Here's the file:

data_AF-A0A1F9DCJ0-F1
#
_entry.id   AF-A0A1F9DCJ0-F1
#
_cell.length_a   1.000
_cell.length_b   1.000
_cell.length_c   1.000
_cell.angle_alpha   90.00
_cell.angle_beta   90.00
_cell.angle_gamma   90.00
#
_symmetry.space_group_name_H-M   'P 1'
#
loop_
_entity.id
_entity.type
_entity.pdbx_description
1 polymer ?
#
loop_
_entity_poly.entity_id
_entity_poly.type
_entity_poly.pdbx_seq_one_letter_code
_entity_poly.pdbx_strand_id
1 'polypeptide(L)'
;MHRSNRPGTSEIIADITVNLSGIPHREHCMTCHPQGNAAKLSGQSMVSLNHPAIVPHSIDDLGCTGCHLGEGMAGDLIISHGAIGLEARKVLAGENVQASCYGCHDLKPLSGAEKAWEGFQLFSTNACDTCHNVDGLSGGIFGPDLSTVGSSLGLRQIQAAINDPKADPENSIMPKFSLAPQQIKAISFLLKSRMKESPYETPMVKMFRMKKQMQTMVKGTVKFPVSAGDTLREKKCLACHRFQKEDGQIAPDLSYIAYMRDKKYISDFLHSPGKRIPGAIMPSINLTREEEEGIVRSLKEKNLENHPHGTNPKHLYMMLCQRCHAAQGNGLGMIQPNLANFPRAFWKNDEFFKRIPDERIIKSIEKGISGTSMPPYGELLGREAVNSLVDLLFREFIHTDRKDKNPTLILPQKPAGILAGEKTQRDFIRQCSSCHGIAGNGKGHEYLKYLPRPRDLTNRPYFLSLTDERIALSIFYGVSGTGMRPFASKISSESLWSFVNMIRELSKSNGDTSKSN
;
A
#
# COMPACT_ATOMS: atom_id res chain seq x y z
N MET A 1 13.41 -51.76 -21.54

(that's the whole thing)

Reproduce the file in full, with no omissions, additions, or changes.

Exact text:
data_AF-A0A1F9DCJ0-F1
#
_entry.id   AF-A0A1F9DCJ0-F1
#
_cell.length_a   1.000
_cell.length_b   1.000
_cell.length_c   1.000
_cell.angle_alpha   90.00
_cell.angle_beta   90.00
_cell.angle_gamma   90.00
#
_symmetry.space_group_name_H-M   'P 1'
#
loop_
_entity.id
_entity.type
_entity.pdbx_description
1 polymer ?
#
loop_
_entity_poly.entity_id
_entity_poly.type
_entity_poly.pdbx_seq_one_letter_code
_entity_poly.pdbx_strand_id
1 'polypeptide(L)'
;MHRSNRPGTSEIIADITVNLSGIPHREHCMTCHPQGNAAKLSGQSMVSLNHPAIVPHSIDDLGCTGCHLGEGMAGDLIISHGAIGLEARKVLAGENVQASCYGCHDLKPLSGAEKAWEGFQLFSTNACDTCHNVDGLSGGIFGPDLSTVGSSLGLRQIQAAINDPKADPENSIMPKFSLAPQQIKAISFLLKSRMKESPYETPMVKMFRMKKQMQTMVKGTVKFPVSAGDTLREKKCLACHRFQKEDGQIAPDLSYIAYMRDKKYISDFLHSPGKRIPGAIMPSINLTREEEEGIVRSLKEKNLENHPHGTNPKHLYMMLCQRCHAAQGNGLGMIQPNLANFPRAFWKNDEFFKRIPDERIIKSIEKGISGTSMPPYGELLGREAVNSLVDLLFREFIHTDRKDKNPTLILPQKPAGILAGEKTQRDFIRQCSSCHGIAGNGKGHEYLKYLPRPRDLTNRPYFLSLTDERIALSIFYGVSGTGMRPFASKISSESLWSFVNMIRELSKSNGDTSKSN
;
A
#
# COMPACT_ATOMS: atom_id res chain seq x y z
N MET A 1 13.41 -51.76 -21.54